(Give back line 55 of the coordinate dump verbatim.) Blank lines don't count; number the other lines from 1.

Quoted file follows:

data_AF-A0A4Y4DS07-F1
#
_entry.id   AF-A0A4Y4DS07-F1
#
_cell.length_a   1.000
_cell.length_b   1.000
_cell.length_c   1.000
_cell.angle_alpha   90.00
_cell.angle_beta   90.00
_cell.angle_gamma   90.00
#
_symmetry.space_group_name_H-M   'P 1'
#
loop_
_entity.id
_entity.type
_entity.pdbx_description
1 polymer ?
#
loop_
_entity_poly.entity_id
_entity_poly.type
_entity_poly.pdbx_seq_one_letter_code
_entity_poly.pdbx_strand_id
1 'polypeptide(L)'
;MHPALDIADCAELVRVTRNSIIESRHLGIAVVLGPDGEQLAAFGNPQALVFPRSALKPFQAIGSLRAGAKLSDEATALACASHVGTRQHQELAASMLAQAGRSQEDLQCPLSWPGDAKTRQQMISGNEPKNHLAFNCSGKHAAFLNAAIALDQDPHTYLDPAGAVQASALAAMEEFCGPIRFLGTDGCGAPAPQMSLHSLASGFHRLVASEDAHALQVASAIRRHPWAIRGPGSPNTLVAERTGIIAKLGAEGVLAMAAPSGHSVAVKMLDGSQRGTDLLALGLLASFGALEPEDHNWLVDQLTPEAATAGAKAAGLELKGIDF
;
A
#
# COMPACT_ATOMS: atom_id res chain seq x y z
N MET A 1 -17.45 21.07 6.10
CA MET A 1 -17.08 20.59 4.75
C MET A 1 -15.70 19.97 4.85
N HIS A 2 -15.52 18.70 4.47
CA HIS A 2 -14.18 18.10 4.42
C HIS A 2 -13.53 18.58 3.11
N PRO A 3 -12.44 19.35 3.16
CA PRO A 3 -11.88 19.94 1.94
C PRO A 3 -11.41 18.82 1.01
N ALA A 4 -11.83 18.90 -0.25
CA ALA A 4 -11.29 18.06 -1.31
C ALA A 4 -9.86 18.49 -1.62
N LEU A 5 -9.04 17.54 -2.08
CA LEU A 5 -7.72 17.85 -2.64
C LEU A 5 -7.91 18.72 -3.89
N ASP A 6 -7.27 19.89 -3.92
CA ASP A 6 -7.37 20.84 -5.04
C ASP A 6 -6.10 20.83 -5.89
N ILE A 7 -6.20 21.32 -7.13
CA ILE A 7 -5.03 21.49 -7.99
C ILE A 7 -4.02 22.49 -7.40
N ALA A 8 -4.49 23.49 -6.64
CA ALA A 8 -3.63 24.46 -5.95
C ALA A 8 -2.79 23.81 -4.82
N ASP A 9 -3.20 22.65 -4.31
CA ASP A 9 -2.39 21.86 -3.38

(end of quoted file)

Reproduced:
N ASP A 9 -3.20 22.65 -4.31